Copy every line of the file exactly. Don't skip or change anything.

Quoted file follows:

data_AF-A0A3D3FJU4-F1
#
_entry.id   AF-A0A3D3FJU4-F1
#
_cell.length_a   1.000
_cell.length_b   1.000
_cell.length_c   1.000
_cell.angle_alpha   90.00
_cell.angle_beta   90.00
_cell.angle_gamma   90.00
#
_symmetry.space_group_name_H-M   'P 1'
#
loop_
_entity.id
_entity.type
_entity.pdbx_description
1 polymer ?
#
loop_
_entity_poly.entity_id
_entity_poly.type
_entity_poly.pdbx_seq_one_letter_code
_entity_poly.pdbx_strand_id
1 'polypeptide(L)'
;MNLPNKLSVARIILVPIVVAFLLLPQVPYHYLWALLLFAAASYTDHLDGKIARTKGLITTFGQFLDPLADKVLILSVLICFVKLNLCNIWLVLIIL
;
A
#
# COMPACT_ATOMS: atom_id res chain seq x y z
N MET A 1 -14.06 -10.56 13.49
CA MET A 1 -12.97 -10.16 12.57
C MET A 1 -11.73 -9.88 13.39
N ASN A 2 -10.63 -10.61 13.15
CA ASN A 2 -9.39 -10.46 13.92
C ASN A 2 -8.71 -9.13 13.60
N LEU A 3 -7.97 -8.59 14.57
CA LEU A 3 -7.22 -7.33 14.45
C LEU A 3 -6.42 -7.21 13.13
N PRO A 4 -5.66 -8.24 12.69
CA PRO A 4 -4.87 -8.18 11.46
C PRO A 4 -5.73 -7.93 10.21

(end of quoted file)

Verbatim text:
data_AF-A0A3D3FJU4-F1
#
_entry.id   AF-A0A3D3FJU4-F1
#
_cell.length_a   1.000
_cell.length_b   1.000
_cell.length_c   1.000
_cell.angle_alpha   90.00
_cell.angle_beta   90.00
_cell.angle_gamma   90.00
#
_symmetry.space_group_name_H-M   'P 1'
#
loop_
_entity.id
_entity.type
_entity.pdbx_description
1 polymer ?
#
loop_
_entity_poly.entity_id
_entity_poly.type
_entity_poly.pdbx_seq_one_letter_code
_entity_poly.pdbx_strand_id
1 'polypeptide(L)'
;MNLPNKLSVARIILVPIVVAFLLLPQVPYHYLWALLLFAAASYTDHLDGKIARTKGLITTFGQFLDPLADKVLILSVLICFVKLNLCNIWLVLIIL
;
A
#
# COMPACT_ATOMS: atom_id res chain seq x y z
N MET A 1 -14.06 -10.56 13.49
CA MET A 1 -12.97 -10.16 12.57
C MET A 1 -11.73 -9.88 13.39
N ASN A 2 -10.63 -10.61 13.15
CA ASN A 2 -9.39 -10.46 13.92
C ASN A 2 -8.71 -9.13 13.60
N LEU A 3 -7.97 -8.59 14.57
CA LEU A 3 -7.22 -7.33 14.45
C LEU A 3 -6.42 -7.21 13.13
N PRO A 4 -5.66 -8.24 12.69
CA PRO A 4 -4.87 -8.18 11.46
C PRO A 4 -5.73 -7.93 10.21